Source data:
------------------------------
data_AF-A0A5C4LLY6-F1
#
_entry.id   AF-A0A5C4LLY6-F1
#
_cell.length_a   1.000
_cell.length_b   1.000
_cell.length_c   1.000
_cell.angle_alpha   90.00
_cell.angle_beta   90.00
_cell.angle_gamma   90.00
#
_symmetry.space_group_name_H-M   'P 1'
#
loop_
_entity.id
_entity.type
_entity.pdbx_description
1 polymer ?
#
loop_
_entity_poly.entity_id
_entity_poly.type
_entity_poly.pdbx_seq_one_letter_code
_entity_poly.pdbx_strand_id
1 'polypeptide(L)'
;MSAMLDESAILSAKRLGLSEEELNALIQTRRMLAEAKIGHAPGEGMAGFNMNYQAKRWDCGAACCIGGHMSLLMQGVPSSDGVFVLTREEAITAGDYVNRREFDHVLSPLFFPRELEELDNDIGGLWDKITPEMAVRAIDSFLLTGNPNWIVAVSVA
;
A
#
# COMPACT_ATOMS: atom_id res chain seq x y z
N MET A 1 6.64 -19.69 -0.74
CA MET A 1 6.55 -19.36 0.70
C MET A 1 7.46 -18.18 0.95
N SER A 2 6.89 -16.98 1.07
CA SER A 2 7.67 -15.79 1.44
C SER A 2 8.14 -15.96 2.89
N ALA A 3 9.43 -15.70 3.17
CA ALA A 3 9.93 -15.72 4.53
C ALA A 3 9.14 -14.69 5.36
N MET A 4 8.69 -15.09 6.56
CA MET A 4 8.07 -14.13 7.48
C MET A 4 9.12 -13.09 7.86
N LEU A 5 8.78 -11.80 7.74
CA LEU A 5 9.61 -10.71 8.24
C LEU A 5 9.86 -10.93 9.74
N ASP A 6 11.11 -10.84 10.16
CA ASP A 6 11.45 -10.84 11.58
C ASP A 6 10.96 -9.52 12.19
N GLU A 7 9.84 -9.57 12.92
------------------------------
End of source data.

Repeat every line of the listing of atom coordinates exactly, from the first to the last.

data_AF-A0A5C4LLY6-F1
#
_entry.id   AF-A0A5C4LLY6-F1
#
_cell.length_a   1.000
_cell.length_b   1.000
_cell.length_c   1.000
_cell.angle_alpha   90.00
_cell.angle_beta   90.00
_cell.angle_gamma   90.00
#
_symmetry.space_group_name_H-M   'P 1'
#
loop_
_entity.id
_entity.type
_entity.pdbx_description
1 polymer ?
#
loop_
_entity_poly.entity_id
_entity_poly.type
_entity_poly.pdbx_seq_one_letter_code
_entity_poly.pdbx_strand_id
1 'polypeptide(L)'
;MSAMLDESAILSAKRLGLSEEELNALIQTRRMLAEAKIGHAPGEGMAGFNMNYQAKRWDCGAACCIGGHMSLLMQGVPSSDGVFVLTREEAITAGDYVNRREFDHVLSPLFFPRELEELDNDIGGLWDKITPEMAVRAIDSFLLTGNPNWIVAVSVA
;
A
#
# COMPACT_ATOMS: atom_id res chain seq x y z
N MET A 1 6.64 -19.69 -0.74
CA MET A 1 6.55 -19.36 0.70
C MET A 1 7.46 -18.18 0.95
N SER A 2 6.89 -16.98 1.07
CA SER A 2 7.67 -15.79 1.44
C SER A 2 8.14 -15.96 2.89
N ALA A 3 9.43 -15.70 3.17
CA ALA A 3 9.93 -15.72 4.53
C ALA A 3 9.14 -14.69 5.36
N MET A 4 8.69 -15.09 6.56
CA MET A 4 8.07 -14.13 7.48
C MET A 4 9.12 -13.09 7.86
N LEU A 5 8.78 -11.80 7.74
CA LEU A 5 9.61 -10.71 8.24
C LEU A 5 9.86 -10.93 9.74
N ASP A 6 11.11 -10.84 10.16
CA ASP A 6 11.45 -10.84 11.58
C ASP A 6 10.96 -9.52 12.19
N GLU A 7 9.84 -9.57 12.92